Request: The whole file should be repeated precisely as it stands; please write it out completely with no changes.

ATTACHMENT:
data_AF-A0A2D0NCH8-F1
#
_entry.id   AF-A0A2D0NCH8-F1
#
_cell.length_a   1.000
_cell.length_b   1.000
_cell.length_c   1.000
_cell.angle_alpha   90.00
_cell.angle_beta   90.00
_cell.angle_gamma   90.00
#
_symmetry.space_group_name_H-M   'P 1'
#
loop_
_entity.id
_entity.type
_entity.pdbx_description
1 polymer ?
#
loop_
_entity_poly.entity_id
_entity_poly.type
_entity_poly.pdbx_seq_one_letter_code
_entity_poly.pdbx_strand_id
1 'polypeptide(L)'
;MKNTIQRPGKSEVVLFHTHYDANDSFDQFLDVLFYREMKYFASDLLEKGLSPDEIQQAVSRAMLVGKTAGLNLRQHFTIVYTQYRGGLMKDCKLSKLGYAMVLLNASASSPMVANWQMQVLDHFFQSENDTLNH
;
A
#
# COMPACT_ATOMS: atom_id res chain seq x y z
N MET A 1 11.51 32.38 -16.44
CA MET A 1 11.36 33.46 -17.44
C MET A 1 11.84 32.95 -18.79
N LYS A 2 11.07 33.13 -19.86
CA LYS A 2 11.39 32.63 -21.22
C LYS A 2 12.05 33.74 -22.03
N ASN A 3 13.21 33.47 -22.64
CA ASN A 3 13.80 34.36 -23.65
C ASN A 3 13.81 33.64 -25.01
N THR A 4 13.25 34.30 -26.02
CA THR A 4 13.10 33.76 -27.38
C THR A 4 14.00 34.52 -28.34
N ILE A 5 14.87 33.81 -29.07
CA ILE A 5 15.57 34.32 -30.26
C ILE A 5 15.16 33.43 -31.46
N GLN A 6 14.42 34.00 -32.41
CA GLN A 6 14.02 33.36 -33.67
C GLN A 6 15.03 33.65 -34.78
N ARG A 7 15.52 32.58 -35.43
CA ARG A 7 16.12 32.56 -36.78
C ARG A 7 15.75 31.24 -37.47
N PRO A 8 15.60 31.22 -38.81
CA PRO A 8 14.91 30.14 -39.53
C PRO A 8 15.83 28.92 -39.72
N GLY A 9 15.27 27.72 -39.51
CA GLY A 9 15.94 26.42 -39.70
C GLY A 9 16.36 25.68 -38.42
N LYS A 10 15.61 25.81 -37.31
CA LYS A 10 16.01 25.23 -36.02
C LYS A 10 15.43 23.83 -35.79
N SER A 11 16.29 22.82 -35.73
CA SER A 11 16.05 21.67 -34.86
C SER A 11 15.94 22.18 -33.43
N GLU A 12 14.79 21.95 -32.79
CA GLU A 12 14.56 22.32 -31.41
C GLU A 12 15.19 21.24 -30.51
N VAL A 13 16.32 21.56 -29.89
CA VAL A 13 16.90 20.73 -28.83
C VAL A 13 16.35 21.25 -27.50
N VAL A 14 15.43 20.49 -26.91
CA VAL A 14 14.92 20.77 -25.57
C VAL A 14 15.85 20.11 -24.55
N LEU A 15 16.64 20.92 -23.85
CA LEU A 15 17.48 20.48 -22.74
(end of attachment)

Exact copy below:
data_AF-A0A2D0NCH8-F1
#
_entry.id   AF-A0A2D0NCH8-F1
#
_cell.length_a   1.000
_cell.length_b   1.000
_cell.length_c   1.000
_cell.angle_alpha   90.00
_cell.angle_beta   90.00
_cell.angle_gamma   90.00
#
_symmetry.space_group_name_H-M   'P 1'
#
loop_
_entity.id
_entity.type
_entity.pdbx_description
1 polymer ?
#
loop_
_entity_poly.entity_id
_entity_poly.type
_entity_poly.pdbx_seq_one_letter_code
_entity_poly.pdbx_strand_id
1 'polypeptide(L)'
;MKNTIQRPGKSEVVLFHTHYDANDSFDQFLDVLFYREMKYFASDLLEKGLSPDEIQQAVSRAMLVGKTAGLNLRQHFTIVYTQYRGGLMKDCKLSKLGYAMVLLNASASSPMVANWQMQVLDHFFQSENDTLNH
;
A
#
# COMPACT_ATOMS: atom_id res chain seq x y z
N MET A 1 11.51 32.38 -16.44
CA MET A 1 11.36 33.46 -17.44
C MET A 1 11.84 32.95 -18.79
N LYS A 2 11.07 33.13 -19.86
CA LYS A 2 11.39 32.63 -21.22
C LYS A 2 12.05 33.74 -22.03
N ASN A 3 13.21 33.47 -22.64
CA ASN A 3 13.80 34.36 -23.65
C ASN A 3 13.81 33.64 -25.01
N THR A 4 13.25 34.30 -26.02
CA THR A 4 13.10 33.76 -27.38
C THR A 4 14.00 34.52 -28.34
N ILE A 5 14.87 33.81 -29.07
CA ILE A 5 15.57 34.32 -30.26
C ILE A 5 15.16 33.43 -31.46
N GLN A 6 14.42 34.00 -32.41
CA GLN A 6 14.02 33.36 -33.67
C GLN A 6 15.03 33.65 -34.78
N ARG A 7 15.52 32.58 -35.43
CA ARG A 7 16.12 32.56 -36.78
C ARG A 7 15.75 31.24 -37.47
N PRO A 8 15.60 31.22 -38.81
CA PRO A 8 14.91 30.14 -39.53
C PRO A 8 15.83 28.92 -39.72
N GLY A 9 15.27 27.72 -39.51
CA GLY A 9 15.94 26.42 -39.70
C GLY A 9 16.36 25.68 -38.42
N LYS A 10 15.61 25.81 -37.31
CA LYS A 10 16.01 25.23 -36.02
C LYS A 10 15.43 23.83 -35.79
N SER A 11 16.29 22.82 -35.73
CA SER A 11 16.05 21.67 -34.86
C SER A 11 15.94 22.18 -33.43
N GLU A 12 14.79 21.95 -32.79
CA GLU A 12 14.56 22.32 -31.41
C GLU A 12 15.19 21.24 -30.51
N VAL A 13 16.32 21.56 -29.89
CA VAL A 13 16.90 20.73 -28.83
C VAL A 13 16.35 21.25 -27.50
N VAL A 14 15.43 20.49 -26.91
CA VAL A 14 14.92 20.77 -25.57
C VAL A 14 15.85 20.11 -24.55
N LEU A 15 16.64 20.92 -23.85
CA LEU A 15 17.48 20.48 -22.74